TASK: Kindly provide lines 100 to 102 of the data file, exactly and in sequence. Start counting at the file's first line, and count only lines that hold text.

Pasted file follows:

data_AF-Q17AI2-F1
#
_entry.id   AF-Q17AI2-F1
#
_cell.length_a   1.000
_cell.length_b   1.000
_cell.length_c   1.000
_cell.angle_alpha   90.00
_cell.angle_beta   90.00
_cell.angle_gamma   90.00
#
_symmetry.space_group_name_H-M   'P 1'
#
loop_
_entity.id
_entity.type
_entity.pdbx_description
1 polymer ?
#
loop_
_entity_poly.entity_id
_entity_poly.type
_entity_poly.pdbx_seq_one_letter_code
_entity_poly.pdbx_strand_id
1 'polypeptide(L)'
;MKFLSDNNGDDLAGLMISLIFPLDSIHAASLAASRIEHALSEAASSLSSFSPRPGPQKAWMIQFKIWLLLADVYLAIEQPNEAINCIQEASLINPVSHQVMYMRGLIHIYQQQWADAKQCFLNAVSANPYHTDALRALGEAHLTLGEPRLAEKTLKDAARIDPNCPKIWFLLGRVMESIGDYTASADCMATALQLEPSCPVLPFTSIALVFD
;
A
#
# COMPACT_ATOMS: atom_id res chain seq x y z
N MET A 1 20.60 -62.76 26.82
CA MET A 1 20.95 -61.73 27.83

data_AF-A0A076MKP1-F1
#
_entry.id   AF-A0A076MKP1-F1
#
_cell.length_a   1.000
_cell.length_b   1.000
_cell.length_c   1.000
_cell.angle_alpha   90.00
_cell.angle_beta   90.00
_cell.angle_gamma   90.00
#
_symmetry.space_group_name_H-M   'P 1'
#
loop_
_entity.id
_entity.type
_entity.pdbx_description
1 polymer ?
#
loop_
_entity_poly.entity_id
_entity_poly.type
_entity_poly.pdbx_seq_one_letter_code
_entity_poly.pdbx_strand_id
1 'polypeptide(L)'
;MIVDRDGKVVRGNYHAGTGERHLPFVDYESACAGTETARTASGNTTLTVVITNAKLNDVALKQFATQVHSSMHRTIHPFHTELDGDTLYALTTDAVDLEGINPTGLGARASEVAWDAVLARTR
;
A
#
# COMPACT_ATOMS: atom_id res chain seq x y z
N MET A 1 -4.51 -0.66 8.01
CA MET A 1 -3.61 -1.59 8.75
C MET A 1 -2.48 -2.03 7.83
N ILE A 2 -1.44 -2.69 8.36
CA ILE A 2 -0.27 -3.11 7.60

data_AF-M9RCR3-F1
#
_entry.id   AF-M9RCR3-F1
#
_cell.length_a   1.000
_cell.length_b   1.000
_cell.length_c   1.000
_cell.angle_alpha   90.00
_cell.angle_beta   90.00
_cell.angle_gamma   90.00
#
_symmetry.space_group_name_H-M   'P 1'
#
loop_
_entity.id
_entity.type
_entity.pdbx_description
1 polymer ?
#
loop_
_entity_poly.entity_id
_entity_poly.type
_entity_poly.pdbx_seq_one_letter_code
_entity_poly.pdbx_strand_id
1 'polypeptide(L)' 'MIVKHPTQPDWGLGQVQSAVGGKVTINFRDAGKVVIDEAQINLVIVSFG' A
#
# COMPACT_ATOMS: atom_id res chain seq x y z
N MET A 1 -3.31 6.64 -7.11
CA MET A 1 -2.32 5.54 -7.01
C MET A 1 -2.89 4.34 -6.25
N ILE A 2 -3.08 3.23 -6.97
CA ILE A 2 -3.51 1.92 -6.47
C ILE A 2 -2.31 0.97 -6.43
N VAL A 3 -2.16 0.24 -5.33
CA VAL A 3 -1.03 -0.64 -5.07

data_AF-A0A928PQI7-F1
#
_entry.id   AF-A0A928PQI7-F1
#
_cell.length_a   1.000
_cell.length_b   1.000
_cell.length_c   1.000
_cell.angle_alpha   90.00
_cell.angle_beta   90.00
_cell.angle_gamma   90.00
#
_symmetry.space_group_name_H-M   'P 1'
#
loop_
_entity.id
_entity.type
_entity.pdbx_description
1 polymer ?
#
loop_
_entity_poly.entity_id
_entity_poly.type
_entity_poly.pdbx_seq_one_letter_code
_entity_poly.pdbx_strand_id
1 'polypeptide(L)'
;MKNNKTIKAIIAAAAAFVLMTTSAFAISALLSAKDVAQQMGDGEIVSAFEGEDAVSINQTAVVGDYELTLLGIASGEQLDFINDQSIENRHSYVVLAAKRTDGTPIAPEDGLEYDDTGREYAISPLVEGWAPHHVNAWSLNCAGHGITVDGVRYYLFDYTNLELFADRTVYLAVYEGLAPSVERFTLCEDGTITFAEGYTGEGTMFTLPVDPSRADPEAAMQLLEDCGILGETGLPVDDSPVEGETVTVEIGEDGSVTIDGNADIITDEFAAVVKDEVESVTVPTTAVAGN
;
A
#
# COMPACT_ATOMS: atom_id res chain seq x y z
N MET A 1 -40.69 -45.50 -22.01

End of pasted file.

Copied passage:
C ILE A 2 -2.31 0.97 -6.43
N VAL A 3 -2.16 0.24 -5.33
CA VAL A 3 -1.03 -0.64 -5.07